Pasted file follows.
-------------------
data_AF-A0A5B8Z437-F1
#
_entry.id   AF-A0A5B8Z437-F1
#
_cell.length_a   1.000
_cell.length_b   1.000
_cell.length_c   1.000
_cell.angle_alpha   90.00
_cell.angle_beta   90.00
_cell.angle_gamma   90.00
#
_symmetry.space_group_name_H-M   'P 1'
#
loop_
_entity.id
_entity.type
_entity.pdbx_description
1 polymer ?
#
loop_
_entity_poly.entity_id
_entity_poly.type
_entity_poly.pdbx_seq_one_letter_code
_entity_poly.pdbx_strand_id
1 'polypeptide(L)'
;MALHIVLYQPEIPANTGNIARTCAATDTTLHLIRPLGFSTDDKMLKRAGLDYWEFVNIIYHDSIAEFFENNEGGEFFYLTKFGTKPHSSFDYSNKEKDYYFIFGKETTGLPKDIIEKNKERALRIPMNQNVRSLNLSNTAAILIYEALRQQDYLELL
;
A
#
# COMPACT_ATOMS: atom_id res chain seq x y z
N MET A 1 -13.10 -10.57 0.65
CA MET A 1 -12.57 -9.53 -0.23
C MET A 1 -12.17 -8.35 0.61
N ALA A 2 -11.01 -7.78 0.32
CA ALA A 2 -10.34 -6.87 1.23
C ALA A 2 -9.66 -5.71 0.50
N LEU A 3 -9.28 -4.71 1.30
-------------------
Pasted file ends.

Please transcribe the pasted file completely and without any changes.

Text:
data_AF-A0A5B8Z437-F1
#
_entry.id   AF-A0A5B8Z437-F1
#
_cell.length_a   1.000
_cell.length_b   1.000
_cell.length_c   1.000
_cell.angle_alpha   90.00
_cell.angle_beta   90.00
_cell.angle_gamma   90.00
#
_symmetry.space_group_name_H-M   'P 1'
#
loop_
_entity.id
_entity.type
_entity.pdbx_description
1 polymer ?
#
loop_
_entity_poly.entity_id
_entity_poly.type
_entity_poly.pdbx_seq_one_letter_code
_entity_poly.pdbx_strand_id
1 'polypeptide(L)'
;MALHIVLYQPEIPANTGNIARTCAATDTTLHLIRPLGFSTDDKMLKRAGLDYWEFVNIIYHDSIAEFFENNEGGEFFYLTKFGTKPHSSFDYSNKEKDYYFIFGKETTGLPKDIIEKNKERALRIPMNQNVRSLNLSNTAAILIYEALRQQDYLELL
;
A
#
# COMPACT_ATOMS: atom_id res chain seq x y z
N MET A 1 -13.10 -10.57 0.65
CA MET A 1 -12.57 -9.53 -0.23
C MET A 1 -12.17 -8.35 0.61
N ALA A 2 -11.01 -7.78 0.32
CA ALA A 2 -10.34 -6.87 1.23
C ALA A 2 -9.66 -5.71 0.50
N LEU A 3 -9.28 -4.71 1.30